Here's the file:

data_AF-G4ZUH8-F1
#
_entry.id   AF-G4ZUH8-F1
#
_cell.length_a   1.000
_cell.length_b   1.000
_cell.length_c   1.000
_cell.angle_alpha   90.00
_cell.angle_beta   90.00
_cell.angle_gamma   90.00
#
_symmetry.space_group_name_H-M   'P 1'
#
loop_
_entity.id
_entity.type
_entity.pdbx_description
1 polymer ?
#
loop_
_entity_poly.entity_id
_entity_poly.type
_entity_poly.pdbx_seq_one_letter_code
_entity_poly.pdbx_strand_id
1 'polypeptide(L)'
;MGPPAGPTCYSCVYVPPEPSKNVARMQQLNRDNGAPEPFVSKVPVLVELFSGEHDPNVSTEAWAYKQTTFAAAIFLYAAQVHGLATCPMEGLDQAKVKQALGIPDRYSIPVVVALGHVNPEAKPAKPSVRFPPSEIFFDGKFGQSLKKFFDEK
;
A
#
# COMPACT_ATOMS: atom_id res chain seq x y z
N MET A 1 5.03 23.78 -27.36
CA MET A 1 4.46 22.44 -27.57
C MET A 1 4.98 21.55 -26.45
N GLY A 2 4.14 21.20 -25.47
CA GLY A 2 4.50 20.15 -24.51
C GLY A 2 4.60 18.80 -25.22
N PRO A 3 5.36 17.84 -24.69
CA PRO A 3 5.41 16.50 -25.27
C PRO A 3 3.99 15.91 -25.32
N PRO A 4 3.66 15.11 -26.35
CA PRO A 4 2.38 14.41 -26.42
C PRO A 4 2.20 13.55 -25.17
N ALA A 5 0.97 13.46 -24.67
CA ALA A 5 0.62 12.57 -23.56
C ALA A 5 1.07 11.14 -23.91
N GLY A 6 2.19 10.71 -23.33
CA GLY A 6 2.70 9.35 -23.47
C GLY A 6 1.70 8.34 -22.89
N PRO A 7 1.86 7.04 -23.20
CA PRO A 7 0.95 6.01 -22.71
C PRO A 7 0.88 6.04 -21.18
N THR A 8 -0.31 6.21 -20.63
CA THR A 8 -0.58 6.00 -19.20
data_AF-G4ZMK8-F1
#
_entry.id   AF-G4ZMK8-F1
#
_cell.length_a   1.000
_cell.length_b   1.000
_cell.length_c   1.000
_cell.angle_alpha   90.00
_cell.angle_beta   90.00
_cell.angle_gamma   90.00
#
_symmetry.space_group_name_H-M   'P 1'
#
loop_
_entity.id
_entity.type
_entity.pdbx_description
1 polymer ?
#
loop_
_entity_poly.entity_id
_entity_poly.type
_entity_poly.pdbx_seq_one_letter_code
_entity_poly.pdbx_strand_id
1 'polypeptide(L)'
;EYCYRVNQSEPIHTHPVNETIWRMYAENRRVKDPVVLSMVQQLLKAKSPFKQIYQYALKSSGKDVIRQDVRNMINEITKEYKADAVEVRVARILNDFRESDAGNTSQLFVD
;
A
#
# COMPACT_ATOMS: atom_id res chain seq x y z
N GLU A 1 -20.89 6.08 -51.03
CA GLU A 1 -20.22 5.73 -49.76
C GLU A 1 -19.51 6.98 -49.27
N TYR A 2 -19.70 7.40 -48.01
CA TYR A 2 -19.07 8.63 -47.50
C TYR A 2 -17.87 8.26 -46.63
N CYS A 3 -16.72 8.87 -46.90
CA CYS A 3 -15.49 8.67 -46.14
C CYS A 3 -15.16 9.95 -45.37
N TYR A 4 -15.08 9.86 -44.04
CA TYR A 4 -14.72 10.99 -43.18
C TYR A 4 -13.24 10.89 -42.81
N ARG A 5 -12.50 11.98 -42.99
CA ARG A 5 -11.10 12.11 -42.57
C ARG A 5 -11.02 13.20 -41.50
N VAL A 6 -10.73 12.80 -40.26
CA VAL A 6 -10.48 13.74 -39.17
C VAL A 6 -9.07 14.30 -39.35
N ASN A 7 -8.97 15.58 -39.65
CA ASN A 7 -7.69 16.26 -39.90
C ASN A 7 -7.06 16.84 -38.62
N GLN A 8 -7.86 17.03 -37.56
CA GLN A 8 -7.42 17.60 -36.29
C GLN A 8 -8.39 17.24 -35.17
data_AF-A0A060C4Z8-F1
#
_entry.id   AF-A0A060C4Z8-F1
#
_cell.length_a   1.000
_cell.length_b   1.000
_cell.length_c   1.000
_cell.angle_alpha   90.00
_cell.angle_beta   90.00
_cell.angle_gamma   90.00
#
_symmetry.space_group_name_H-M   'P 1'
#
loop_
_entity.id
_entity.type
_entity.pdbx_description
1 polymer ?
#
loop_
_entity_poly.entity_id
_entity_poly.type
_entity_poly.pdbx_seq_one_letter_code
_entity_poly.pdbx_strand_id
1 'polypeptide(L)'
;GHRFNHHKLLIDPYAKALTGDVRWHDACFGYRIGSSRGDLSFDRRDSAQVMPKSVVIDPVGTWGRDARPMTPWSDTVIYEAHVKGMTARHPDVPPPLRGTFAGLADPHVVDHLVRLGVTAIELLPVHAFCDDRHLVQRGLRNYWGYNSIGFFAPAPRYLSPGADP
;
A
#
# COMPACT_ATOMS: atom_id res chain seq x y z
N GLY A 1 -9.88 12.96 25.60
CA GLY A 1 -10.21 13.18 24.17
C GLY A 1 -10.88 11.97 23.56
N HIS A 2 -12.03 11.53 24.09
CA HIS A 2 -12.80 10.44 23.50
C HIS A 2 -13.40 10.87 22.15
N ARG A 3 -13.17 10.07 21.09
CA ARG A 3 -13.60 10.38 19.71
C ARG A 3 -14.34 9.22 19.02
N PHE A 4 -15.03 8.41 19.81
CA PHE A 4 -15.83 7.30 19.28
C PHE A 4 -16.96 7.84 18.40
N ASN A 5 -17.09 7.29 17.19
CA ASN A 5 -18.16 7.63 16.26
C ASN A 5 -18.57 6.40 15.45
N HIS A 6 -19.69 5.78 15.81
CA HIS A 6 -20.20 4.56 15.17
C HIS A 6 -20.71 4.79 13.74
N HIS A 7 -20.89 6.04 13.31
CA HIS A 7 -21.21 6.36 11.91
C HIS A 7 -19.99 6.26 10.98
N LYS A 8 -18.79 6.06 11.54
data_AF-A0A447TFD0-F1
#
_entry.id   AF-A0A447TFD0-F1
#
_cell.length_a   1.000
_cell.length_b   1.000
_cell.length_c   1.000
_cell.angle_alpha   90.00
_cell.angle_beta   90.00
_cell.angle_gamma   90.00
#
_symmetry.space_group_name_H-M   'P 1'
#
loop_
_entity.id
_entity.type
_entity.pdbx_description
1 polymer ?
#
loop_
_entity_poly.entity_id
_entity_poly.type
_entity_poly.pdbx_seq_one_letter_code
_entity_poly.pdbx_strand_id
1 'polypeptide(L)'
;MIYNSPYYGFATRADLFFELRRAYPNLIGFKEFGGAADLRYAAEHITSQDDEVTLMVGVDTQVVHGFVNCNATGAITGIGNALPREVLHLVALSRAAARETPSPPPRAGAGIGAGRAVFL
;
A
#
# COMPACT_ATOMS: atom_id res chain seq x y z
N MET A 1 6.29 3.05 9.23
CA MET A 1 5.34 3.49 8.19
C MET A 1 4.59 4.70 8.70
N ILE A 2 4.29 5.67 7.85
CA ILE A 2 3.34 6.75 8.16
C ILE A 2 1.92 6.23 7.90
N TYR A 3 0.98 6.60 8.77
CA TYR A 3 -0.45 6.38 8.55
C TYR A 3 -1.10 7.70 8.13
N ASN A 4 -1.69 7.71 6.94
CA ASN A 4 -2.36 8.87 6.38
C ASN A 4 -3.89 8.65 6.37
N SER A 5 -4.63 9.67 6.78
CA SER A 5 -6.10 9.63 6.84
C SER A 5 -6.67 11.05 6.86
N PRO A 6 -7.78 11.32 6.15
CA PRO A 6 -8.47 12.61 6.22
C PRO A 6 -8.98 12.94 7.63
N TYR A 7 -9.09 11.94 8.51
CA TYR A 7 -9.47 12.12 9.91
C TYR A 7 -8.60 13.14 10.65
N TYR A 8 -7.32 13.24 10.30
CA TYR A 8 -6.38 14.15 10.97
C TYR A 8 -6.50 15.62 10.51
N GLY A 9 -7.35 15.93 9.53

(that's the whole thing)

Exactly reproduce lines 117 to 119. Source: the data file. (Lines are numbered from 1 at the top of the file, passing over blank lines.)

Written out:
_cell.angle_gamma   90.00
#
_symmetry.space_group_name_H-M   'P 1'